Materials and Methods

Description of study area

The study includes visits to automobile repair shop (usually referred to as mechanic workshop) and lube bays found in petrol stations along East-West Road of Port Harcourt, Choba, Obio/Akpor Local Government Area of River State, Nigeria.

A total of five lube bays of petrol stations and fifteen mechanic workshops were visited.

The study area was divided into four sites: A, B, C and D. Site A covered Choba to Alakahia, Site B covered Alakahia to Rumuosi, Site C covered Rumuosi to Nkpolu and Site D covered Nkpolu to Rumuokoro. Five automobile repair shops were visited on each site. A total of twenty (20) automobile repair shops were visited which include mechanic workshops and lube bays of petrol stations.

Information was collected from the lube bay workers through questionnaires while that from the mechanic workshops was by a oneon- one interview. Listed below, are some of the questions answered by the automobile repairers.

•How many vehicles do you change oil from in a week?

•What quantity of used oil do you produce per change?

•What quantity of used-oil do you generate weekly?

•How do you store your used oil before disposal?

•How do you dispose of the used-oil?

•Are you aware of recycling?

Results

From the result, site ‘A’ generates a total of 391 litres of use-oil from 93 cars per week, site ‘B’ generates a total of 379.5 litres of used-oil from 93 cars per week, site C generates a total of 486 litres of used oil from 132 cars changed per week, while site D generates a total of 372 litres of used- oil from 100 cars per week. A total of 1628.50 litres (10.24 barrels) was recorded as used-oil generated in one week from 418 cars.

From the mechanics interviewed, 25% acknowledged that they used metal drums for storage while 20% used plastic kegs and 55% had no means of storage (Figure 1). It was also observed that 65% of the mechanics disposed of used oil on land, 50% sold the used oil and 40% reused them (Figure 2).

international-journal-waste-resources-used-oil

Figure 1: Percentage used-oil storage methods.

international-journal-waste-resources-end-uses

Figure 2: Percentage end-uses of used-oil.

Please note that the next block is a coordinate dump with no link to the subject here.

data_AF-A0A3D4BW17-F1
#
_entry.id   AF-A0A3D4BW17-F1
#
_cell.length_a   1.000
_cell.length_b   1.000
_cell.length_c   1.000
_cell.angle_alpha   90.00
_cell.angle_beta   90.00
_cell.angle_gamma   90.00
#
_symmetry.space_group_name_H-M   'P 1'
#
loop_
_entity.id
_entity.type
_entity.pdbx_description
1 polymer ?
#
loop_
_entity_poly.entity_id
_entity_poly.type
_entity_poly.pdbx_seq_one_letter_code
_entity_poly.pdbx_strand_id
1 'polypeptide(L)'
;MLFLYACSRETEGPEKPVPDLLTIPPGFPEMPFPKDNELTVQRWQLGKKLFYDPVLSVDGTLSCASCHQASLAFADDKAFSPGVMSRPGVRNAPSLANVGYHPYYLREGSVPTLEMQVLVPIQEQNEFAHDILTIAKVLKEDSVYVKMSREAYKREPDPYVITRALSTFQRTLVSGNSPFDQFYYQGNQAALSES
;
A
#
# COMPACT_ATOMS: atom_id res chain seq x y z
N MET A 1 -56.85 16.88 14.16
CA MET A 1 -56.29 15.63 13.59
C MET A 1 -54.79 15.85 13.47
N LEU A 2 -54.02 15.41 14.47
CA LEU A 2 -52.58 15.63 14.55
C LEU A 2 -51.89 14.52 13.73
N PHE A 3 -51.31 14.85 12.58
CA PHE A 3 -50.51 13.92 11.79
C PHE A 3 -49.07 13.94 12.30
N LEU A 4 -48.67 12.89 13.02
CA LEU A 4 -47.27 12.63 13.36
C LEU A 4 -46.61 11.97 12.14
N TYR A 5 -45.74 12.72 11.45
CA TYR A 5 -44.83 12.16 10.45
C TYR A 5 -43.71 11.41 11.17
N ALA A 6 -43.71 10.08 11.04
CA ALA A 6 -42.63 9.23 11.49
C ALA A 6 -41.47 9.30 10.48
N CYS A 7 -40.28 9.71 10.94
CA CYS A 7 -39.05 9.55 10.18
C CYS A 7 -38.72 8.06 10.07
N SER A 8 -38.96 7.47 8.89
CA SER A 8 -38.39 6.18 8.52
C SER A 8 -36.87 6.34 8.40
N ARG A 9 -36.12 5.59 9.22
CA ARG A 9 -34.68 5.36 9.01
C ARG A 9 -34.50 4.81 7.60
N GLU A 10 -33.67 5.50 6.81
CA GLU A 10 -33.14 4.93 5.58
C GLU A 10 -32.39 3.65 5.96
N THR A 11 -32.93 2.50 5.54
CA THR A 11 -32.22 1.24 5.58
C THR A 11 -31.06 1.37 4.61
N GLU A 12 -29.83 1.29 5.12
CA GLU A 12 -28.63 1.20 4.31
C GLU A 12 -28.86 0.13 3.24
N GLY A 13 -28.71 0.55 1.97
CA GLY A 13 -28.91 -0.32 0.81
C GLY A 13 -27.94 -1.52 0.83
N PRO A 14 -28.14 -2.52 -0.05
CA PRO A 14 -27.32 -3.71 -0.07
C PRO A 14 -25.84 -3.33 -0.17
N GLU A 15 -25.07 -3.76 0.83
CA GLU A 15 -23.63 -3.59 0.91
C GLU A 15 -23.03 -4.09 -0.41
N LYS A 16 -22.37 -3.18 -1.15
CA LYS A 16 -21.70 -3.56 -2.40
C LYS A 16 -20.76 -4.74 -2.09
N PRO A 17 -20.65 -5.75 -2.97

The reuse/disposal methods commonly practiced by the mechanics interviewed are:

Reuse in other vehicles.

•Fuel in heating furnace (when sold to manufacturing industries).

•Pouring into pit latrines to prevent odour.

•Sales to individuals, sawmills, furniture makers, timber producers, etc.

•Given to block makers to be used as lubricant in mold equipment.

•Used as anti-rust agent for nuts and bolts.

In all these uses, there is a poor consideration of the environment; hence, environmental pollution from these practices is on the increase.

It was also found that the awareness of used oil recycling was not common with the mechanics. 50% of them did not know that used oil can be recycled, 30% knew about it but 20% did not see any need for recycling used oil. (Table 1, Figure 3)

SITE DATA   A   B   C   D   TOTAL
Number of Respondents   5   5   5   5   20
Used-oil produced weekly (Litres)   391   379.5   486   372   1628.50
cars serviced weekly 93 93 132 100 418
METHOD OF STORAGE BEFORE DISPOSAL       None
        (%)
40 40 60 80 55
Metal
drum (%)
40 20 20        20 25
Plastic kegs (%) 20 40 20 0 20
ACTIVITY AFTER OIL CHANGE Land
Disposal (%)
60 60 60 60 60
Sales(%) 40 40 20 20 30
Reuse (%) 0 0 20 20 10
AWARENSS OF
RECYCLING
No (%) 20 40 60 80 50
Yes (%) 60 20 20 20 30
NOT NECESSARY
(%)
20 40 20 0 20

Table 1: Data collected at the end of the study.

international-journal-waste-resources-used-oil-recycling

Figure 3: Awareness of used oil recycling.